Smart home products are getting more common and more accessible, but, as recent events prove, they are far from being the completely reliable and trustworthy parts of our lives that ads and videos would have us believe. Part of that relies on companies and agents on the remote side acting more responsibly in their ability to control these devices from afar. Another part of that formula, however, also depends on manufacturers ensuring the security and privacy of their products and customers, something that Google’s Nest is promising to do better.
As consumers become more aware of the role that software plays in their lives and devices, the demand for longer software support has likewise increased. The traditional one or two-year support periods that manufacturers offer are no longer enough. But for a certain class of devices, even the three years now offered by phone makers are still insufficient.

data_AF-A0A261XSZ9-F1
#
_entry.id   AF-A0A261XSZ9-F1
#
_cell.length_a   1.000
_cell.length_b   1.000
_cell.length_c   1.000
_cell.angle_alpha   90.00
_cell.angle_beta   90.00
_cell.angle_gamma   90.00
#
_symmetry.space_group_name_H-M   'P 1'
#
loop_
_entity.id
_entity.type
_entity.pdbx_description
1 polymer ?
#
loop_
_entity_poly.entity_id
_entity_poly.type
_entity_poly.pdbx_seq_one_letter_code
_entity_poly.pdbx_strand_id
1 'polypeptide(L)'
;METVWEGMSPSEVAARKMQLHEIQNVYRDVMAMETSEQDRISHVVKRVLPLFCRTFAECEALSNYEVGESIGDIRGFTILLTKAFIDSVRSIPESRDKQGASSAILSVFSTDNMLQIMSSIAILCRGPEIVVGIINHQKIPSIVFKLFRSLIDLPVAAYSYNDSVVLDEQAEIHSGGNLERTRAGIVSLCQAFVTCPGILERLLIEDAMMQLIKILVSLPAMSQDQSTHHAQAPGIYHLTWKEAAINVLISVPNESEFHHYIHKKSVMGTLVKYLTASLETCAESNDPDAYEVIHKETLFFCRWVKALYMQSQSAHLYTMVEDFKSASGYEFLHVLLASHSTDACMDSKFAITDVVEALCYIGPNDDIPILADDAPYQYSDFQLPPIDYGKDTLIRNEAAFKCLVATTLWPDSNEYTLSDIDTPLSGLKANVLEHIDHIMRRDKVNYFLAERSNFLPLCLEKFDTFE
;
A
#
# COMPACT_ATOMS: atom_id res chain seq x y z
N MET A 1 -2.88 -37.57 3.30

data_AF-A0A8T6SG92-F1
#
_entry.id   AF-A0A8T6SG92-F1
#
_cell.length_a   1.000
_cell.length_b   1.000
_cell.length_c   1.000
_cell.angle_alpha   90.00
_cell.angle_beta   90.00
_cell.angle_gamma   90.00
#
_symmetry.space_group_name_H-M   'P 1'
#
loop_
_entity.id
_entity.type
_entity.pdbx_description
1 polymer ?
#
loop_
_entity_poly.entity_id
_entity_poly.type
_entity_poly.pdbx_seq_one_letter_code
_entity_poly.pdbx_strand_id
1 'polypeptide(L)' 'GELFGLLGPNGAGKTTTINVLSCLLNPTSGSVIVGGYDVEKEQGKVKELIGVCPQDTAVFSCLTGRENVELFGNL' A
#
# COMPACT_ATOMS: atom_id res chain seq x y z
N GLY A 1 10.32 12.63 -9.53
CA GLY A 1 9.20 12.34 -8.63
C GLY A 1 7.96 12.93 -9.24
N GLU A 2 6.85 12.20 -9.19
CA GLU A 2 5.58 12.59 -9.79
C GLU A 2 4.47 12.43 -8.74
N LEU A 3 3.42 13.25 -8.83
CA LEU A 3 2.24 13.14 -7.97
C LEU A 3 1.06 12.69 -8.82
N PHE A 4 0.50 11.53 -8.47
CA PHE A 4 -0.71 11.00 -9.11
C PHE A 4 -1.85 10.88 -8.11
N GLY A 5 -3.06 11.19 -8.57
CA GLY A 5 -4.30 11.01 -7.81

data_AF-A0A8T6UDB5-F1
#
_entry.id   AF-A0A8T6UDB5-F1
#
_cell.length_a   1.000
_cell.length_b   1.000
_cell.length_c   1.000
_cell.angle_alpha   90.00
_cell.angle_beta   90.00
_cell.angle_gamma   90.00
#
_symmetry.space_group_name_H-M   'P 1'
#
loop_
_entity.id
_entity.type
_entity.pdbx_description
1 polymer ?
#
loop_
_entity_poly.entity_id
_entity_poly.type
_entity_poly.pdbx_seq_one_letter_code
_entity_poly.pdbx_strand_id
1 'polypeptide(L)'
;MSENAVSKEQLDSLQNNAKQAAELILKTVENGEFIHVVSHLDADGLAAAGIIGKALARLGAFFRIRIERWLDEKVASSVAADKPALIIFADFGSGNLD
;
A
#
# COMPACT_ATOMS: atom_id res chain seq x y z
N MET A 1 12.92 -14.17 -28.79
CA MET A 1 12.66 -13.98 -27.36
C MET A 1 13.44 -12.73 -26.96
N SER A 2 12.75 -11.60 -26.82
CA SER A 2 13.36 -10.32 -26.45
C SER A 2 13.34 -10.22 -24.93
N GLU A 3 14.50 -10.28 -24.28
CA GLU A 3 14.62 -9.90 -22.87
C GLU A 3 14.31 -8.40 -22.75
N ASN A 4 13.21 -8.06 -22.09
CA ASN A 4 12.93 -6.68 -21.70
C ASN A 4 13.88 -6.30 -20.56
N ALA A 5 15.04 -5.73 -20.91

That is why Nest is proudly announcing that its products will be receiving bug fixes and security updates for at least five years after launch. This should give buyers some peace of mind in knowing that their smart thermostats or security cameras won’t be abandoned after just a year or two. It should be noted, though, that those five years start after a specific product or model becomes commercially available, not from the date of purchase.
Nest is also announcing other improvements to its security and privacy systems. Products launched in 2019 or later used a verified boot process that ensures the device is running official and safe firmware every time it starts up. These devices are also validated by security standards recognized and used by many IoT companies, including Google.
Google also advertises one security measure that has proven to be quite controversial among Nest owners. A few years back, Google started pushing Google Accounts as a requirement for anyone with a Nest product, and it is now positioning that as a security feature. While features like two-factor authentication and Security Checkup that come with every Google account definitely help improve security, some might also see it as a single point of failure in case Google itself gets compromised or, worse, if Google itself violates its own principles.